GDP and other similar measures, on top of being inadequate indicators of prosperity, have had problematic consequences. First, they produced a norm, which allowed countries with lower national incomes to be ‘analysed and framed in a way that suited their assumed future compliance with the industrialized model’ (Speich, 2011: 19). Second, gearing crucial public institutions—such as education and healthcare—towards increasing GDP has made them more exclusive and subordinated their core functions to economic demands.
So while degrowth is not aimed at shrinking GDP or the monetary value of the economy, we would also like to stress that degrowth should not be evaluated in light of GDP and similar measures as these are essentially flawed indicators of prosperity. GDP has been convincingly criticised by many scholars already (e.g. Fioramonti, 2013), but, due to its hegemonic status, this remains part of the task of degrowth as well.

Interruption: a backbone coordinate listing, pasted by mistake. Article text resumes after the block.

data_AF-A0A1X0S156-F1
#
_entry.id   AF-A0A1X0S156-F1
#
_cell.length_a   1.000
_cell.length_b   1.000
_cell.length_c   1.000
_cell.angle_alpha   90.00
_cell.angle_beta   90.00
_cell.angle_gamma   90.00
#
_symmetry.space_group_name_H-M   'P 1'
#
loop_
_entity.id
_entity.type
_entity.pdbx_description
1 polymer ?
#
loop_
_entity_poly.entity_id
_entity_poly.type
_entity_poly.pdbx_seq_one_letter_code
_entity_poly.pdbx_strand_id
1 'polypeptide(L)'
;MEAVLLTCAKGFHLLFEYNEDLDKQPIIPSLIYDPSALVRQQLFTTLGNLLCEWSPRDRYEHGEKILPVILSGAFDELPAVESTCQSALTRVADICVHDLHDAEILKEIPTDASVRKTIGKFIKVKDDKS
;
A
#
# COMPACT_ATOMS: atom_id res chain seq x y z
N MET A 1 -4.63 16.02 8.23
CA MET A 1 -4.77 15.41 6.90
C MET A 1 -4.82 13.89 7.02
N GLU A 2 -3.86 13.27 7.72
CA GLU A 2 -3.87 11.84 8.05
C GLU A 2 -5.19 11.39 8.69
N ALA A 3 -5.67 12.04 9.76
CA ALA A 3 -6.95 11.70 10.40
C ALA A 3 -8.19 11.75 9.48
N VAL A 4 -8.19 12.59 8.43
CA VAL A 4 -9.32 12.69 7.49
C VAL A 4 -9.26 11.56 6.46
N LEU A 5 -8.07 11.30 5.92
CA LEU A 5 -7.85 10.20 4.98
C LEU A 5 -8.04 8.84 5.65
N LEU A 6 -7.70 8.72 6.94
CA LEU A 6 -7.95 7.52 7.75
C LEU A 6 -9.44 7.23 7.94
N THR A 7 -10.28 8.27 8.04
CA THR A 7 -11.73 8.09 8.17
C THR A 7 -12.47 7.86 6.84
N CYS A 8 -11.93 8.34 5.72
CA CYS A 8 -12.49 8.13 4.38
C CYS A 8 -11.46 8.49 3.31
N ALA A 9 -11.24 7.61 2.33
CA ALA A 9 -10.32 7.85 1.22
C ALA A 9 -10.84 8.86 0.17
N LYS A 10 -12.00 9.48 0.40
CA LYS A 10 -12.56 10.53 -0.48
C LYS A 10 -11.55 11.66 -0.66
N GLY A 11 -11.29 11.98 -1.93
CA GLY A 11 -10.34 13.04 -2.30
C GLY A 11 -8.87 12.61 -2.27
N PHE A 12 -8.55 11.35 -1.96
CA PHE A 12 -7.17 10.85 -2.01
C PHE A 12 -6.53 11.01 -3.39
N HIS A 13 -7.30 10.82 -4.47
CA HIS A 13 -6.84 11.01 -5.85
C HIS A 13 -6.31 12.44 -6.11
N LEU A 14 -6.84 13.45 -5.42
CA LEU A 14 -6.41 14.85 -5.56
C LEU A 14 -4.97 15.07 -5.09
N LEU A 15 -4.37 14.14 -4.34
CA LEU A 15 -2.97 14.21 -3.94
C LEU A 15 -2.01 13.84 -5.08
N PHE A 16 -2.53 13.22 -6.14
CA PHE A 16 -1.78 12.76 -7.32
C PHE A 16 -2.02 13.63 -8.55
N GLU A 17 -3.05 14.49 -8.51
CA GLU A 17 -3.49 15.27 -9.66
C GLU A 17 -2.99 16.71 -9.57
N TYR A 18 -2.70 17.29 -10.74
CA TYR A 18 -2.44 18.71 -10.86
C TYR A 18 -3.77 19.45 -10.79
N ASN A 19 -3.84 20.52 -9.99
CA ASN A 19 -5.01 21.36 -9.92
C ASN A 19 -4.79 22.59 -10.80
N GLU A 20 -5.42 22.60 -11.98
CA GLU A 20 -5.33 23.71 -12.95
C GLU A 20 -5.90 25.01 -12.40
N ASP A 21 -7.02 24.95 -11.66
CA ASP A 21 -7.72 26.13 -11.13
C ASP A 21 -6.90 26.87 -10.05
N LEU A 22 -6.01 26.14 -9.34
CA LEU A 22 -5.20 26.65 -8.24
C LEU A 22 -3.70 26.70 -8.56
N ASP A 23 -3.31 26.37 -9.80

Toward the notion of growthocene
To sum up, striving for growth – or the growthocene – is manifested in reliance on growth of biophysical throughput, continuous capital accumulation, and productivism more generally. Hence degrowth can be understood as descaling of biophysical throughput, deaccumulation and anti-productivism, and aimed at bringing together the alternatives that fit these principles.
Such an understanding does not decouple ecological and social problems. It acknowledges that capitalism bears a large share of the responsibility, but is not the only system that has led to the problems we face today. It also highlights that productivism itself is part of the problem and hence cautions against proposing solutions rooted in its logic.
A version of this article has been published in the blog of ENTITLE, a network of European Political Ecologists.